GOAT run challenging in stunning surroundings on Olympic Discovery Trail

GOAT run challenging in stunning surroundings on Olympic Discovery Trail

There are two options: a 14-mile half-marathon and a 26.2-mile full marathon.

JOYCE — About 175 people are signed up to run in the 2016 Great Olympic Adventure Trail Run on Saturday, said Lorrie Mittmann, event co-founder.

“This is a stunning but very challenging course,” Mittmann said.

“People travel from around the United States and Canada to run in it,” she said.

”This year, 75 percent of the participants are from outside of Clallam County, including Washington, Oregon, New Jersey, New York, Georgia, Ohio, Alaska, California, Colorado, Maryland, Indiana, British Columbia and Alberta.”

The Great Olympic Adventure Trail (GOAT) Run is a one-way trail run on a route that traverses Kelly Ridge between Olympic National Park and the Strait of Juan de Fuca.

There are two options: a 14-mile half-marathon and a 26.2-mile full marathon.

Those who have not registered yet can still do so today at www.greatoat run.org. Registration is $70.

Packet pickup will take place from 4 to 7 tonight at Barhop Brewing, 124 W. Railroad Ave. in Port Angeles.

On Saturday starting at 7 a.m., packet pickup will take place at Crescent Grange, 50870 state Highway 112 in Joyce.

The half-marathon follows the Olympic Adventure Trail over about 8 miles of single-track trail and over 4 miles of forest road. The final portion of the race is on a paved road, finishing at Lake Crescent.

The course starts at 1,266 feet, near the top of Joyce Access Road, and reaches a maximum elevation of 1,619 feet, with a cumulative elevation change of 1,528 feet over the 14-mile rolling course, according to greatoatrun.org.

The full marathon follows the entire length of the Olympic Adventure Trail, which extends over 21 miles of single track and about 4 miles of gravel logging road, and finishes with less than a mile of paved road to get to the finish line at Lake Crescent, inside Olympic National Park.

The course starts at the Olympic Adventure Trail horse trailer parking lot off Dan Kelly Road and reaches a maximum elevation of 1,619 feet, with a cumulative elevation change of 3,519 feet over the 26-mile rolling course, according to www.greatoat run.org.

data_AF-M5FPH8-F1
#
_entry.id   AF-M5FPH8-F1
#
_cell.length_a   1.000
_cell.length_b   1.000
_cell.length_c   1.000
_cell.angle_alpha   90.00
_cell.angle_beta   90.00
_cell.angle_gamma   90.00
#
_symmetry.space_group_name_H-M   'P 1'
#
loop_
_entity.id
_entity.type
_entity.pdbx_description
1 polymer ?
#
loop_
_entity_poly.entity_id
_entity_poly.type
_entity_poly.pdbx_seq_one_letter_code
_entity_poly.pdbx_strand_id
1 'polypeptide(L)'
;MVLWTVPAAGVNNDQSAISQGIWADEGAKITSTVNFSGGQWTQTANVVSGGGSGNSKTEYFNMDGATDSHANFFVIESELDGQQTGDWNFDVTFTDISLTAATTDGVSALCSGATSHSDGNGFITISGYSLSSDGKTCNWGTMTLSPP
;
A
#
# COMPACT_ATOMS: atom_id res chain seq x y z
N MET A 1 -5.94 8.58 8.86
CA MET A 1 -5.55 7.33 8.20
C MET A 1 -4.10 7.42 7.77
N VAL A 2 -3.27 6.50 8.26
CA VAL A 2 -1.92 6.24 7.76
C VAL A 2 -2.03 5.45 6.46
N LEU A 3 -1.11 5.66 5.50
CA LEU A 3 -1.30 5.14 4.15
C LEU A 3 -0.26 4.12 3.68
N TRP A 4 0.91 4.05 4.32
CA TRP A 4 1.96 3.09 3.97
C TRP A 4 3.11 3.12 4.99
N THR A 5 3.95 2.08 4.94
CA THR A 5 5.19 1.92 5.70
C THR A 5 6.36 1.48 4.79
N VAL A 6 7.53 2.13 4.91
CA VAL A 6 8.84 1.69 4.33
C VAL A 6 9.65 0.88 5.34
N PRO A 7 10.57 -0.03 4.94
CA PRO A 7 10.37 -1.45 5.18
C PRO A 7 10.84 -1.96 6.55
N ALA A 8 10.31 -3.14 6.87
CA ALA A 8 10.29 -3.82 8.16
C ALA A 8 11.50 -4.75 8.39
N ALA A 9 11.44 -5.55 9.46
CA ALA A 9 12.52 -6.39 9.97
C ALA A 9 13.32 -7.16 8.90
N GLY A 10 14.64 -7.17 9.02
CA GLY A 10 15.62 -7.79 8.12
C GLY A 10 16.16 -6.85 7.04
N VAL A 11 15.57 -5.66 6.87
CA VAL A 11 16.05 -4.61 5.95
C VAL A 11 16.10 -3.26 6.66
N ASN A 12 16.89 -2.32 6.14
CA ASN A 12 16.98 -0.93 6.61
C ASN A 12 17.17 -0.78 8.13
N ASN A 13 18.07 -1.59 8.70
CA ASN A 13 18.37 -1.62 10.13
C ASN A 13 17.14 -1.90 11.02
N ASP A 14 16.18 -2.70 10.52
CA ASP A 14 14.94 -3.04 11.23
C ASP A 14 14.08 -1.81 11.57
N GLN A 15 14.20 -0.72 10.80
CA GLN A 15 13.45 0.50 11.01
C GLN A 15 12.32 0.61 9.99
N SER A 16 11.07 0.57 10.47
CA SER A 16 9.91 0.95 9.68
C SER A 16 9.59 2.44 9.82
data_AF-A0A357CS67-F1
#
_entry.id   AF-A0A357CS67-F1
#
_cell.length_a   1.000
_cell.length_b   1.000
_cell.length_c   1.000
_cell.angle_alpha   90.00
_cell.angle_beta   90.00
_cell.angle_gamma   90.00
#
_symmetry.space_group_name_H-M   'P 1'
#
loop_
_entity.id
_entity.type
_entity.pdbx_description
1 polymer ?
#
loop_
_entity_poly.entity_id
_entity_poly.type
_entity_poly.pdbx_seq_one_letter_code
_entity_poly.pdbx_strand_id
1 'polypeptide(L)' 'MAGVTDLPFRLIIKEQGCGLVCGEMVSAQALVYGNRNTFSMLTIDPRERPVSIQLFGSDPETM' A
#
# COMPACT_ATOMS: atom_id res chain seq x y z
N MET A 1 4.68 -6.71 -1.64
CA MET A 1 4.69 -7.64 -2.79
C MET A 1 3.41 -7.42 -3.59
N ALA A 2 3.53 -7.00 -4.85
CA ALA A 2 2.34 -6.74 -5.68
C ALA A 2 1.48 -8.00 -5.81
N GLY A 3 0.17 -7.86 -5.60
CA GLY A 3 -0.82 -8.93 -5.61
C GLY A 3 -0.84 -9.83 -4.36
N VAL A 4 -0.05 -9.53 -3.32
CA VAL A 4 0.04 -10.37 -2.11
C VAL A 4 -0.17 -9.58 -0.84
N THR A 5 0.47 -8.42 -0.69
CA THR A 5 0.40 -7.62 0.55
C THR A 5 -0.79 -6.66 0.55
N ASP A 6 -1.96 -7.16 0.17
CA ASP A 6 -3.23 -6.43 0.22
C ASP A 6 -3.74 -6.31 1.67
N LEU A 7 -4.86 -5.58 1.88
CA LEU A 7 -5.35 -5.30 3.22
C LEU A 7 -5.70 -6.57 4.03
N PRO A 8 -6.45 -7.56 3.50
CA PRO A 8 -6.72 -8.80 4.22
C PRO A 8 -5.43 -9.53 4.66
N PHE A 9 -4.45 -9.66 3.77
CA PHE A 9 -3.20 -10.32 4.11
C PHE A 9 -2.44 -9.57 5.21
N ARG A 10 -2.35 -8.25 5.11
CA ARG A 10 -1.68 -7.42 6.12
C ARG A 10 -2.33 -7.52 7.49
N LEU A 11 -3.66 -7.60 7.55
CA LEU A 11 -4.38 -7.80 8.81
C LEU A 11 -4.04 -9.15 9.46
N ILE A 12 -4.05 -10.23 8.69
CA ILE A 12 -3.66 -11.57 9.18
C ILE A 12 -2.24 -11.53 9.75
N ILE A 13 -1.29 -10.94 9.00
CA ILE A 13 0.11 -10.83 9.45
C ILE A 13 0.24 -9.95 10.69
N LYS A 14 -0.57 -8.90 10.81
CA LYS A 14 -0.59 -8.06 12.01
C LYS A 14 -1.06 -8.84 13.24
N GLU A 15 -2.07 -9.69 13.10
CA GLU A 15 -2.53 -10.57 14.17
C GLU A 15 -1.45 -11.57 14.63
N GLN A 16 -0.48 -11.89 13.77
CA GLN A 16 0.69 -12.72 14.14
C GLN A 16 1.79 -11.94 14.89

The full marathon starts at 8:30 a.m. and the half-marathon at 10 a.m.

The finish line for both marathons is at Log Cabin Resort on Lake Crescent. Participants will start crossing the finish line at about 11:30 a.m.

A portion of the proceeds from this race, Mittmann said, will be donated to the Peninsula Trails Coalition for use in the construction and maintenance of the Olympic Discovery Trail and Olympic Adventure Trail.

The coalition is a local, citizen-based, nonprofit organization that works with private residents and local government to identify potential trail route and helps provide volunteer labor for construction and maintenance of the trail, according to www.greatoat run.org.

On race day, runners will park in Joyce and be shuttled to the starting line of their marathon. Runners will be shuttled back to their cars in Joyce from the lake when they are ready. Shuttles are free and mandatory.

The shuttles leave for the half marathon at 9:30 a.m. and the full marathon at 8 a.m.

There will be minimal volunteer aid stations for the GOAT Run, and runners should be prepared to be self-sufficient and carry water and food as needed, organizers said.

The six aid stations will be at approximately miles 3.2, 7.5, 12.5, 16, 20 and 23. Food and drinks will be offered at the finish line as well.

The Olympic Adventure Trail is a project of the Clallam County Road Department — constructed to be a temporary route to connect two sections of the Olympic Discovery Trail while the permanent trail is constructed.

Construction of the trail began in 2004. It was constructed by the Clallam County Sheriff’s Office Chain Gang and a volunteer trail crew called the Thursday Trail Crew.

The crews used only chain saws and hand tools, completing the trail in fall 2011.

“I was involved in construction of the OAT when it started in 2004, so I feel very connected to it for that reason, and also because I run on it about three times per week,” Mittmann said.

This connection led Mittmann, along with Scott Tucker, to found the GOAT Run in 2013.

“This is an incredible trail, and I wanted to bring people here to showcase its beauty and the hard work of the volunteers and sheriff chain gang workers who spent countless hours building it,” Mittmann said.

“I also wanted to make sure to give back to the Peninsula Trails Coalition, who has been donating volunteer lunches for the Thursday Trail Crew … since the crew was formed in 2005.”

The GOAT Run “would not be possible without the large amount of community support that I get,” Mittmann continued.

“It takes a large number of volunteers working long hours to put on a race of this length and logistics. In addition, the event could not happen without financial support and donations from our sponsors.”

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Features Editor Chris McDaniel can be reached at 360-452-2345, ext. 56650, or at cmcdaniel@ peninsuladailynews.com.

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